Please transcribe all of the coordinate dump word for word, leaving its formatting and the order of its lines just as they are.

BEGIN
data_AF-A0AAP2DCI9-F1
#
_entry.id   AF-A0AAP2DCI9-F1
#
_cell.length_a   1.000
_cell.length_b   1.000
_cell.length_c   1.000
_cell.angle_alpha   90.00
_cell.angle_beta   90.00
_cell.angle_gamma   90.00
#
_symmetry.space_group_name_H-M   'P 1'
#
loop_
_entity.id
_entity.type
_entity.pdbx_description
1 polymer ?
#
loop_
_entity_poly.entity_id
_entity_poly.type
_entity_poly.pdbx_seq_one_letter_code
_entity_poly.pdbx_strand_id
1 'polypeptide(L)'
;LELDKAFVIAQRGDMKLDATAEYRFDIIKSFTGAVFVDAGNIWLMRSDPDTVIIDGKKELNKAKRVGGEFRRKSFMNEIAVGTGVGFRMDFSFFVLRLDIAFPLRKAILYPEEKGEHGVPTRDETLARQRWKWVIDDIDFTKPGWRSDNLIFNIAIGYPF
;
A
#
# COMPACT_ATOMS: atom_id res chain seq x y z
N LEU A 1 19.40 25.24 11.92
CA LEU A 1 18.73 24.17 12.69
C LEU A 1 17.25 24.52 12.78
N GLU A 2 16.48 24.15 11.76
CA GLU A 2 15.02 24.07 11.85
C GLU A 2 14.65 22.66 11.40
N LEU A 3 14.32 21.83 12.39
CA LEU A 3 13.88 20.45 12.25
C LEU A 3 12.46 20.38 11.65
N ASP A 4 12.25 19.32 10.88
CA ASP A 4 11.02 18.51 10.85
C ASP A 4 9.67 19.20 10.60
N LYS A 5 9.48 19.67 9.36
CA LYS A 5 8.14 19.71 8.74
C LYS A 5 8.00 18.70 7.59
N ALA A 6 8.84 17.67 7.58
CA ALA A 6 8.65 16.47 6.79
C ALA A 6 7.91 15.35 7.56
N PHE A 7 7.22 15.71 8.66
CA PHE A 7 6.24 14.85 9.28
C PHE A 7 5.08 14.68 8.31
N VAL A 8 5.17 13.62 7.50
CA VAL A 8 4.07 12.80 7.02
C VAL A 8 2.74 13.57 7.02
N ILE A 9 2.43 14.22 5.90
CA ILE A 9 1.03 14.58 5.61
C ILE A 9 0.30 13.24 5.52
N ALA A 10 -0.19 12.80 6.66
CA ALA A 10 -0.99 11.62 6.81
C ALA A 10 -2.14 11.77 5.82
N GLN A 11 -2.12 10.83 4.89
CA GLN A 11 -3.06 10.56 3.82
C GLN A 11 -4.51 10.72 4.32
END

data_AF-A0AAP2DCI9-F1
#
_entry.id   AF-A0AAP2DCI9-F1
#
_cell.length_a   1.000
_cell.length_b   1.000
_cell.length_c   1.000
_cell.angle_alpha   90.00
_cell.angle_beta   90.00
_cell.angle_gamma   90.00
#
_symmetry.space_group_name_H-M   'P 1'
#
loop_
_entity.id
_entity.type
_entity.pdbx_description
1 polymer ?
#
loop_
_entity_poly.entity_id
_entity_poly.type
_entity_poly.pdbx_seq_one_letter_code
_entity_poly.pdbx_strand_id
1 'polypeptide(L)'
;LELDKAFVIAQRGDMKLDATAEYRFDIIKSFTGAVFVDAGNIWLMRSDPDTVIIDGKKELNKAKRVGGEFRRKSFMNEIAVGTGVGFRMDFSFFVLRLDIAFPLRKAILYPEEKGEHGVPTRDETLARQRWKWVIDDIDFTKPGWRSDNLIFNIAIGYPF
;
A
#
# COMPACT_ATOMS: atom_id res chain seq x y z
N LEU A 1 19.40 25.24 11.92
CA LEU A 1 18.73 24.17 12.69
C LEU A 1 17.25 24.52 12.78
N GLU A 2 16.48 24.15 11.76
CA GLU A 2 15.02 24.07 11.85
C GLU A 2 14.65 22.66 11.40
N LEU A 3 14.32 21.83 12.39
CA LEU A 3 13.88 20.45 12.25
C LEU A 3 12.46 20.38 11.65
N ASP A 4 12.25 19.32 10.88
CA ASP A 4 11.02 18.51 10.85
C ASP A 4 9.67 19.20 10.60
N LYS A 5 9.48 19.67 9.36
CA LYS A 5 8.14 19.71 8.74
C LYS A 5 8.00 18.70 7.59
N ALA A 6 8.84 17.67 7.58
CA ALA A 6 8.65 16.47 6.79
C ALA A 6 7.91 15.35 7.56
N PHE A 7 7.22 15.71 8.66
CA PHE A 7 6.24 14.85 9.28
C PHE A 7 5.08 14.68 8.31
N VAL A 8 5.17 13.62 7.50
CA VAL A 8 4.07 12.80 7.02
C VAL A 8 2.74 13.57 7.02
N ILE A 9 2.43 14.22 5.90
CA ILE A 9 1.03 14.58 5.61
C ILE A 9 0.30 13.24 5.52
N ALA A 10 -0.19 12.80 6.66
CA ALA A 10 -0.99 11.62 6.81
C ALA A 10 -2.14 11.77 5.82
N GLN A 11 -2.12 10.83 4.89
CA GLN A 11 -3.06 10.56 3.82
C GLN A 11 -4.51 10.72 4.32